The Paleoista’s Guide to Winter Wellness

by | Updated: December 3rd, 2016 | Read time: 4 minutes

When your body is alkaline, because you eat a net alkaline (Paleo) diet, you’re far less likely to be a good host (or hostess) to bacteria, viruses and yeasts than an acidic body fueled by grains, dairy, legumes and sugar.

In addition to following the Paleo lifestyle, there are other ways you can stay healthy while those around you are dropping like flies.

Interested in the Paleo diet, but not sure where to start? Click here to choose a customized diet plan that suits your nutrition needs.
  • Clean it up! Wash your hands often with warm, soapy water. Sanitizers do not cut it. Do it again after shaking hands and before eating.   Use disinfecting agents on community surfaces, such as doorknobs, counter tops and office equipment.
  • Keep your body alkaline. The stronger your immune system, the less likely you’ll fall ill. Consume huge amounts of fresh veggies,  raw garlic and even more water than normal. Stay away from sugars and refined foods which not only create an acidic pH in the body but serve as food to bacteria and viruses, prolonging sickness.
  • To help combat dry air, an all too common side effect of forced heat, use a humidifier. By preventing your nostrils and throat from “¨drying out, you’ll allow one of your body’s natural defense fighting mechanisms (increased mucous production) to be as powerful as possible. Germs can attach to dry nasal passageways far more easily than healthy, lubricated ones.
  • Don’t fight your body’s efforts to fight off cold and flu bugs. Most OTC products do nothing more than suppress symptoms, not address the cause. Symptoms (runny nose, coughing etc.) are the results of your immune system doing its job. Stand in its way and you’ll do nothing more than increase duration and severity, as well as set yourself up for possible dehydration, constipation and stomach upset, amongst other unfortunate side effects.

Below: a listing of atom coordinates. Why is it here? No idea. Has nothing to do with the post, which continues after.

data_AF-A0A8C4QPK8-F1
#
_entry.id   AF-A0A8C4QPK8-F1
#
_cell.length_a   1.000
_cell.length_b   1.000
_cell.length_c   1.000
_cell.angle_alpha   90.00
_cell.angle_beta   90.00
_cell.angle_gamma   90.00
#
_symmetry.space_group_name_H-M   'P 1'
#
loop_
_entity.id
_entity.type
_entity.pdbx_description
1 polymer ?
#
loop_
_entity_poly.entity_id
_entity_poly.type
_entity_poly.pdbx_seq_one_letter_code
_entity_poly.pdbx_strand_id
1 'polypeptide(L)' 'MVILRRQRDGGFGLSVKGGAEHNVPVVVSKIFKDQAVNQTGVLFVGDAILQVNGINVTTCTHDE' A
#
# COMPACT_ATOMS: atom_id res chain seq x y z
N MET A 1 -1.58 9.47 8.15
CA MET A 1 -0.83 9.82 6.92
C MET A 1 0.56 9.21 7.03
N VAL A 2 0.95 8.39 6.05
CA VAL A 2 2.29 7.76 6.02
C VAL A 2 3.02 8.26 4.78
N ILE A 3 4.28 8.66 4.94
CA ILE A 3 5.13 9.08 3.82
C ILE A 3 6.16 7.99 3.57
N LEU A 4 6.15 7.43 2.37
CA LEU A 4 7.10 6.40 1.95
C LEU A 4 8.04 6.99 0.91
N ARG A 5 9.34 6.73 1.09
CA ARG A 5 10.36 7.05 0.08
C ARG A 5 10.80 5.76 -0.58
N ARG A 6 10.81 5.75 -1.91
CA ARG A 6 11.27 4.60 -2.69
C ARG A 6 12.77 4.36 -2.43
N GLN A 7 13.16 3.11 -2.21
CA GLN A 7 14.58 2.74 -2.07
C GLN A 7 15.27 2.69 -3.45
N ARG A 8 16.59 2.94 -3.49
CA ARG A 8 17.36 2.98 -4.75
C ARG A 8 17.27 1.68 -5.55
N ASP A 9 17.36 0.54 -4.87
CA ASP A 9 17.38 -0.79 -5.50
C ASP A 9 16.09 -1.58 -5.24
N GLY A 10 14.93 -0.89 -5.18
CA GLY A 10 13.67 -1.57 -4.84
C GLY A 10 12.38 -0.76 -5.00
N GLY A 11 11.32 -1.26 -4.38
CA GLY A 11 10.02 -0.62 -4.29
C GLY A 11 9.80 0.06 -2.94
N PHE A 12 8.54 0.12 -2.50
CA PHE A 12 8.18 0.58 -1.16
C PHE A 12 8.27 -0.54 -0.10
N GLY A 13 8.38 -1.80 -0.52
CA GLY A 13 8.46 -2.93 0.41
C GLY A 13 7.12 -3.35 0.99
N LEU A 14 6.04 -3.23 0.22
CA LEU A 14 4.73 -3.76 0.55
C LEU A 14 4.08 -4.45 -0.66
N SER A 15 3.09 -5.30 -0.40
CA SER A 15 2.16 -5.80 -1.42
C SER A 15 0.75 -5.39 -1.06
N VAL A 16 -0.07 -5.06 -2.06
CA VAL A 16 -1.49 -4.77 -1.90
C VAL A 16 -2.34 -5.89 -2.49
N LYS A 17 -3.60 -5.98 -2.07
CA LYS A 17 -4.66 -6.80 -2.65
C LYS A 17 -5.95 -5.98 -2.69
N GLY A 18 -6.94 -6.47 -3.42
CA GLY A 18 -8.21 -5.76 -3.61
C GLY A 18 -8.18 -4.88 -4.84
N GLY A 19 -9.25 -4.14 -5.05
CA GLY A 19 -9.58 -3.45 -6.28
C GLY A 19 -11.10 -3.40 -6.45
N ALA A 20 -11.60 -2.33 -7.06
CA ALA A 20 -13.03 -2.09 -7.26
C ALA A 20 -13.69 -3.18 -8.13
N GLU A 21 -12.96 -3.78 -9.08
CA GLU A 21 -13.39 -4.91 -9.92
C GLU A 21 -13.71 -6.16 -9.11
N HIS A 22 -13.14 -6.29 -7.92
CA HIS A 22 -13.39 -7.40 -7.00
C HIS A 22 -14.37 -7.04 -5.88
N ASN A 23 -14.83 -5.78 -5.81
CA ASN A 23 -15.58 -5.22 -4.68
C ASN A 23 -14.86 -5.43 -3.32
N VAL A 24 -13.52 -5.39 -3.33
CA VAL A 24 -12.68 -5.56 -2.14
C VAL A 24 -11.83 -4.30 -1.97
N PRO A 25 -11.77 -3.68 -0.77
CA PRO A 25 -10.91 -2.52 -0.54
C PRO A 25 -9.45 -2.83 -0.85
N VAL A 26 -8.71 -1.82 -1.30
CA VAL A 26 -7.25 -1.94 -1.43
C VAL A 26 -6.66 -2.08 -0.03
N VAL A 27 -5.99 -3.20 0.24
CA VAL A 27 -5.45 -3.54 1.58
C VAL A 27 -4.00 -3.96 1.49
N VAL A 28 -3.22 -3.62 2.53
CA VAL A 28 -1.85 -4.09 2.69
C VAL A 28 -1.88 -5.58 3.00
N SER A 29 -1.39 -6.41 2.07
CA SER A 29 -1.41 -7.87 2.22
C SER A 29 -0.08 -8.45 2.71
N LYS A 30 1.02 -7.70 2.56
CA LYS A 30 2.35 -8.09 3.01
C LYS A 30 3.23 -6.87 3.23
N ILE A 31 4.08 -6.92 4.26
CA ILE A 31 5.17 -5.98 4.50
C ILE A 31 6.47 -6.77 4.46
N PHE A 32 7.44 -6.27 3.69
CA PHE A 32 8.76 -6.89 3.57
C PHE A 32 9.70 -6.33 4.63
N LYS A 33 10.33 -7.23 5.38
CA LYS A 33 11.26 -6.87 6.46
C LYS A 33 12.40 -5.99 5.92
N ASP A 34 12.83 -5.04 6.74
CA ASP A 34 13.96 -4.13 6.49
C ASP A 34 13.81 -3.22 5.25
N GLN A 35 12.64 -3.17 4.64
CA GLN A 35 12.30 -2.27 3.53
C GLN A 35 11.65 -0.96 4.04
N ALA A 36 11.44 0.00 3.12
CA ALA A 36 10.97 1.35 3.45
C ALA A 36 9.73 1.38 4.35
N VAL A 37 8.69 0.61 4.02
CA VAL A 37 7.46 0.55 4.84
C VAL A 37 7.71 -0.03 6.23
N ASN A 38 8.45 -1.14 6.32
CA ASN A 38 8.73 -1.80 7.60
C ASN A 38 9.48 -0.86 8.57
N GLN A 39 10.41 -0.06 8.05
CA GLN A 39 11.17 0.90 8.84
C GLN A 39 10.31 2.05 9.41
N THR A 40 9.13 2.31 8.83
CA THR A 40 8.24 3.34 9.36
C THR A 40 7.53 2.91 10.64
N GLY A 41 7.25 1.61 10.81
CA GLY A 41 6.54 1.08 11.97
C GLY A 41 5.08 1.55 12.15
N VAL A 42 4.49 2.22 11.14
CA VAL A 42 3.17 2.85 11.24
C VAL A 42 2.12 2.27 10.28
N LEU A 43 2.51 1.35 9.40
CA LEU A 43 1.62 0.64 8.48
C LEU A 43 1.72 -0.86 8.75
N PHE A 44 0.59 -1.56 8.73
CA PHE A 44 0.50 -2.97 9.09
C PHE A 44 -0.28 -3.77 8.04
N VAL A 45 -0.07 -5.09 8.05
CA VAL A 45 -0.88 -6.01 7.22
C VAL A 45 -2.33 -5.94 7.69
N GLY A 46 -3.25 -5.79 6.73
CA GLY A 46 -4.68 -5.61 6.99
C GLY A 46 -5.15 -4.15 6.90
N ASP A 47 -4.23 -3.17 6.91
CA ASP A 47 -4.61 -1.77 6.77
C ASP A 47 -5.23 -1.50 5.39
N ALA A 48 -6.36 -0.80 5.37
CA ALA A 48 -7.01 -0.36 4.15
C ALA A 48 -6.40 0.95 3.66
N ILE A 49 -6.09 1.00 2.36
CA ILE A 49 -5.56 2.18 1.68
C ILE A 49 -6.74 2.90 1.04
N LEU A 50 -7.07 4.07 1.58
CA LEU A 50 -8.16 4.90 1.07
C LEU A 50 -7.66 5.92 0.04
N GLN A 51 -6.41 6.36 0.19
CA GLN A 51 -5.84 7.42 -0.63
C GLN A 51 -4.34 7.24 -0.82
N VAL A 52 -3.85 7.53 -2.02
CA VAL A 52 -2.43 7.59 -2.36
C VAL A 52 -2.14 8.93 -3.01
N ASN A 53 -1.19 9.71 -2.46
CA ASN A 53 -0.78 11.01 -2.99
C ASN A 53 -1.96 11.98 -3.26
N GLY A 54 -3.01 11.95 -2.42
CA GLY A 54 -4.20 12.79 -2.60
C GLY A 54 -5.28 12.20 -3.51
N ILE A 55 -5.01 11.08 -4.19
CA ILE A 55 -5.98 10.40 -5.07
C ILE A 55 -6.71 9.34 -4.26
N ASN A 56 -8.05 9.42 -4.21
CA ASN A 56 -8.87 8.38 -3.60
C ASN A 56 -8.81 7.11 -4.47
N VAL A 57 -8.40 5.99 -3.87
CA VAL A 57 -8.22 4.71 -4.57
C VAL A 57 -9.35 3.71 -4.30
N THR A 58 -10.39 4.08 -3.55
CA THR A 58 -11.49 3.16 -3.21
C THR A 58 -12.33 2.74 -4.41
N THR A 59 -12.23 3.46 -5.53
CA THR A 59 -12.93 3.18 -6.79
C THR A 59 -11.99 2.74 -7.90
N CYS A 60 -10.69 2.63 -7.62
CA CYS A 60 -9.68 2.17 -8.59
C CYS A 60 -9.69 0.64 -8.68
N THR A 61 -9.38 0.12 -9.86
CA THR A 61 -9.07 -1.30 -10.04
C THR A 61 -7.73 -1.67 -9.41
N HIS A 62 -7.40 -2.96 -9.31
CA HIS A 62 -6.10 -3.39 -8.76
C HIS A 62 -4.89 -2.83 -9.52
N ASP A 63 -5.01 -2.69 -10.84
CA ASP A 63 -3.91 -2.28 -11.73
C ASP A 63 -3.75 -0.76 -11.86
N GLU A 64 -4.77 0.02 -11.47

• If you must take something, go with homeopathic remedies that support the immune system, rather than fight it.   Even better, go with foods that provide healing benefits, such green bell peppers (high in vitamin C), oysters (rich in zinc) and turmeric, a natural anti-inflammatory spice.
  • Rest when you can. Taking a couple days off exercise, if the body rather than just from the head up are feeling ‘off’, in favor of a few extra hours of sleep can make the difference between a fleeting scratchy throat and a three-week flu.
  • Stay hydrated! Should be a no brainer but it doesn’t hurt to be reminded every now and then.
  • Eliminate dairy, if you haven’t done so already. In many people, it causes excess mucous production and chances are, you’re making enough on your own!
  • Eat copious amounts of green leafy vegetables. I say copious because when the average American sees a leaf of kale, they likely recognize it as garnish for their fries and shove it off to the side with the rest of the unwanted bits!
  • Eat raw garlic. Yes, your breath will tell all what you’ve eaten–there is no way around it. But the compounds in this wonderful little bulb are so tremendous at healing and fighting flu- and cold-causing bugs, it’s worth it!
  • Sweat it out. Bundle up before you go to bed, wear socks and a hat, and use a heating pad. If you can break your fever, you’ll likely feel much better in the morning.
  • Take a warm bath with three to four quarts of hydrogen peroxide. The antimicrobial properties can permeate the skin, helping to ward off the bacteria.
  • Use a neti pot with natural salt water (1/4 tsp. sea salt in warm water) for nasal irrigation. This helps to rid the nasal passages of unwanted funk.

By following these guidelines, cold or flu bugs don’t stand a chance!

Nell Stephenson, the original “Paleoista,” is the author of  Paleoista, Gain Energy, Get Lean and Feel Fabulous with the Diet You Were Born to Eat  (Touchstone, 2012) and co-author ofThe Paleo Diet Cookbook  with Dr. Loren Cordain, PhD (Wiley & Sons, 2010). In addition to her work as nutrition consultant and trained chef, Stephenson is a personal trainer and competitive endurance athlete who credits the Paleo diet for her transformed health and athletic success. Visit her blog at

New to the paleo diet? Take the guesswork out of everyday eating with a  customized nutritional plan  from Nell Stephenson””now available at! Choose from more than a dozen specialized menus tailored to fit your unique lifestyle and nutritional needs.